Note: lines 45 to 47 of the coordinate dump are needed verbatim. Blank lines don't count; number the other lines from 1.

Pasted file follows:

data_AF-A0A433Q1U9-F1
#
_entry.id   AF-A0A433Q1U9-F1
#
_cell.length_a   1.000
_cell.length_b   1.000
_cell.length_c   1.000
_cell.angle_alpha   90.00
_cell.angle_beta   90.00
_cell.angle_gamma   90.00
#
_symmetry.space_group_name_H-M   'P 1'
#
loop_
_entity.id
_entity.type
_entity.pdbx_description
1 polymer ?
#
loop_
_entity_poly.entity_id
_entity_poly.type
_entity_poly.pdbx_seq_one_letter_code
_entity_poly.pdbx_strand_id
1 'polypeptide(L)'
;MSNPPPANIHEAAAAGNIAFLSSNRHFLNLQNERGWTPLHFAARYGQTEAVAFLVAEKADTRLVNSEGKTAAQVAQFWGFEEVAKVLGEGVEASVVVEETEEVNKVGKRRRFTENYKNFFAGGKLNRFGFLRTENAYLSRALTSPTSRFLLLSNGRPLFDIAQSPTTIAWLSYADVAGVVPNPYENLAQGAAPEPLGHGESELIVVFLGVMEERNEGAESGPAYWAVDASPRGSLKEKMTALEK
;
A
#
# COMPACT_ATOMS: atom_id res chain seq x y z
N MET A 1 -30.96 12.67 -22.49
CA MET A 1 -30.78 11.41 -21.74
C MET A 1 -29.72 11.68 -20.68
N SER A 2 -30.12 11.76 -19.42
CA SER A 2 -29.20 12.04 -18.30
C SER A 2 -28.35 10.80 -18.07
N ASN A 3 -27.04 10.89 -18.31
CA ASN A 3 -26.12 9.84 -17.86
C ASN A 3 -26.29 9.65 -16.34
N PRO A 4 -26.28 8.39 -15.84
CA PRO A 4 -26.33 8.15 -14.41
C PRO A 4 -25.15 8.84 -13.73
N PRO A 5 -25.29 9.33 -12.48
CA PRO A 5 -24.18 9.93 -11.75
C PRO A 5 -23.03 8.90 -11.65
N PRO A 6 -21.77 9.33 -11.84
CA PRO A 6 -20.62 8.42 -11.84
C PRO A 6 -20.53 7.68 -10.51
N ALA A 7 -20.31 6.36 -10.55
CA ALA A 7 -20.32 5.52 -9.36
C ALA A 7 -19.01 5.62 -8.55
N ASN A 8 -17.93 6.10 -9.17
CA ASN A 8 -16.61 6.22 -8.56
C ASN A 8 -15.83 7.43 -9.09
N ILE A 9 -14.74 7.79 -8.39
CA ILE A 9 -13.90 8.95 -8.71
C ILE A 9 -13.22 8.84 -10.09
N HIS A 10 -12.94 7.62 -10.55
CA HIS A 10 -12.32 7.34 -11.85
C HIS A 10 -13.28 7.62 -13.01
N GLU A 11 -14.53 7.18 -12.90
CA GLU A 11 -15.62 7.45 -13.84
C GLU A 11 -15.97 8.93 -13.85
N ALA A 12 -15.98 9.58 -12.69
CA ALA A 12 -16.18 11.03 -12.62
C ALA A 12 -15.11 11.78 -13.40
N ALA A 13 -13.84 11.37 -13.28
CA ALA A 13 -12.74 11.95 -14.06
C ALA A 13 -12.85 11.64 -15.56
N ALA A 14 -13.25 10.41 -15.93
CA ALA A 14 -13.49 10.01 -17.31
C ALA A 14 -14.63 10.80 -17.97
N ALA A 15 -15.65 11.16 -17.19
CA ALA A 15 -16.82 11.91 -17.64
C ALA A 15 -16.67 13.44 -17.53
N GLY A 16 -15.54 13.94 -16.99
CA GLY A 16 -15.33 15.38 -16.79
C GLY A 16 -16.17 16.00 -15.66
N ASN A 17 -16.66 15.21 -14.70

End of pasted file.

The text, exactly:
C PRO A 5 -23.03 8.90 -11.65
N PRO A 6 -21.77 9.33 -11.84
CA PRO A 6 -20.62 8.42 -11.84